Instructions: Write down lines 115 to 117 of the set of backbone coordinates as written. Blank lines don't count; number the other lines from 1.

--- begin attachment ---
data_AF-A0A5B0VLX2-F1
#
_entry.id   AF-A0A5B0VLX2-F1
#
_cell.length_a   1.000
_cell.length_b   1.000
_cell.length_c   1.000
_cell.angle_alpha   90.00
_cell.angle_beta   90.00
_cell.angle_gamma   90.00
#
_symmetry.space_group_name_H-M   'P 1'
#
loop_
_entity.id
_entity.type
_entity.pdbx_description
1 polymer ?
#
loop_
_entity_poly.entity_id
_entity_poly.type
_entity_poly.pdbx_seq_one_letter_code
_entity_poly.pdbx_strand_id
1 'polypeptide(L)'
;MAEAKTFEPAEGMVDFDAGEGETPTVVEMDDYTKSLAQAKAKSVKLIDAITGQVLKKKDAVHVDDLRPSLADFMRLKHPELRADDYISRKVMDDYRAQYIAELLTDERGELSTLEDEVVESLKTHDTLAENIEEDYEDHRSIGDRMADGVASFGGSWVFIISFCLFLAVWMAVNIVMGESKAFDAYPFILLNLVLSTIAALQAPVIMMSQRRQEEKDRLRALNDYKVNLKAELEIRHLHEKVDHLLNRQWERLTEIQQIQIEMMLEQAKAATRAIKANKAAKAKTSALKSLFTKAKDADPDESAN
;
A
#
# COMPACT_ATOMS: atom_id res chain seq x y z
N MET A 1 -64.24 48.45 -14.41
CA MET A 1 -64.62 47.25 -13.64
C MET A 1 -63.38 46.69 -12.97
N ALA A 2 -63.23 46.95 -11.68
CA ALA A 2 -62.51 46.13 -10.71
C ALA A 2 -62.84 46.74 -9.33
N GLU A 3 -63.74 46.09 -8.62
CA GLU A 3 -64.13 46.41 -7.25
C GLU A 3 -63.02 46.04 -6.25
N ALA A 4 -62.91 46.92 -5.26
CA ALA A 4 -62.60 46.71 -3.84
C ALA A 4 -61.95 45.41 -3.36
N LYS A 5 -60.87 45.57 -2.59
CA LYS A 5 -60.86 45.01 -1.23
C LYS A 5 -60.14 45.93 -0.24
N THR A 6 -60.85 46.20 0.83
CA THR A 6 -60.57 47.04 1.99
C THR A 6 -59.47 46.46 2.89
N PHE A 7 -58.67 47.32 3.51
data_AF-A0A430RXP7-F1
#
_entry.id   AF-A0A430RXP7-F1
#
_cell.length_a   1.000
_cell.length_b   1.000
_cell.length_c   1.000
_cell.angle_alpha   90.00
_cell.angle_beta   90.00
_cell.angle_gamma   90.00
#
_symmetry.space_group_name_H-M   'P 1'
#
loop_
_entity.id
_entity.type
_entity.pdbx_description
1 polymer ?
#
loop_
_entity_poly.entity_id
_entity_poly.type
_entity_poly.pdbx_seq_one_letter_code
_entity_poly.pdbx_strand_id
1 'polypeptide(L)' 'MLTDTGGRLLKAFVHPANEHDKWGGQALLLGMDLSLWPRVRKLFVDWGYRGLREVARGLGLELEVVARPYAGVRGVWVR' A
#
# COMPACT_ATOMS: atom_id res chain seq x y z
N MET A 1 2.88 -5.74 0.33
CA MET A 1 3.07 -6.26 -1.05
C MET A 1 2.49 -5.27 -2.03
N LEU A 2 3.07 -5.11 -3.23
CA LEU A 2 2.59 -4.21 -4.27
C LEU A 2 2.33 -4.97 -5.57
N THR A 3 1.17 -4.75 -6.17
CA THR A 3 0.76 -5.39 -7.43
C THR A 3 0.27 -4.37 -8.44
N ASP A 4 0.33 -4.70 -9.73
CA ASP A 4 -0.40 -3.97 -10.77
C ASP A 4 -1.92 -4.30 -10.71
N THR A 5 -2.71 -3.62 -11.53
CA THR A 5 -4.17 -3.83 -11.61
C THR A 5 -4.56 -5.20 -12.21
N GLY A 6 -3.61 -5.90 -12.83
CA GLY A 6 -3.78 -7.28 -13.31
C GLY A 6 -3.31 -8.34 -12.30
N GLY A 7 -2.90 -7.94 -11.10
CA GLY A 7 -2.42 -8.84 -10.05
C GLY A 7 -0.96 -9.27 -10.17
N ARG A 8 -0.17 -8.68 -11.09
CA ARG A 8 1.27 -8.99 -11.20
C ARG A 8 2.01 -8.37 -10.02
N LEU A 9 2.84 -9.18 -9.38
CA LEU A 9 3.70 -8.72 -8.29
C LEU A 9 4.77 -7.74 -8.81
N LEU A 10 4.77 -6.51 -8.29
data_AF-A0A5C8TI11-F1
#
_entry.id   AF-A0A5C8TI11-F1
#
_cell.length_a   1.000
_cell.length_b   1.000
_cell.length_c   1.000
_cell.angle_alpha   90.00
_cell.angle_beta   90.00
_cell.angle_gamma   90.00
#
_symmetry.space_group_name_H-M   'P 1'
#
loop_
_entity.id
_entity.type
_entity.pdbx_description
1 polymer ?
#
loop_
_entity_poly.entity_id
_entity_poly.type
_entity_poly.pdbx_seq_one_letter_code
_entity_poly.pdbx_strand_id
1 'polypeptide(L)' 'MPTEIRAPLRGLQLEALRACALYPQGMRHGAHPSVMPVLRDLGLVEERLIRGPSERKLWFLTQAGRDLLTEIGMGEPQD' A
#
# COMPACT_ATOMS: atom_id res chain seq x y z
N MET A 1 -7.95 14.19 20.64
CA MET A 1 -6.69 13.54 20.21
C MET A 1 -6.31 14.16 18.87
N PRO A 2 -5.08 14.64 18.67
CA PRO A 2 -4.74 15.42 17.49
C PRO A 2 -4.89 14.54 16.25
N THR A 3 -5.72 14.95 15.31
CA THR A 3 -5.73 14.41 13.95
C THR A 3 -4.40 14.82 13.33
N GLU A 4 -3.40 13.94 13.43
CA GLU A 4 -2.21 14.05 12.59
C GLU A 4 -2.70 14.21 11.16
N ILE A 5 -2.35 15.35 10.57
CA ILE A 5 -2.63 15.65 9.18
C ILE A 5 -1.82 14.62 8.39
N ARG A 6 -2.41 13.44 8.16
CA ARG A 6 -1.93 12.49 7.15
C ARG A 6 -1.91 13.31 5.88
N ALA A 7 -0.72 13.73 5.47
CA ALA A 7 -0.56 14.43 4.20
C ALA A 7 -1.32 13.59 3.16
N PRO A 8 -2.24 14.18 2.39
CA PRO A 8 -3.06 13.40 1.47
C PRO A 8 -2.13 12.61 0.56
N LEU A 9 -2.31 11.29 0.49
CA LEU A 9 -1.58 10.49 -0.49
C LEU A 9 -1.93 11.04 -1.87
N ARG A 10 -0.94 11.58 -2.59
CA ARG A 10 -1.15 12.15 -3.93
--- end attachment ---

#
_symmetry.space_group_name_H-M   'P 1'
#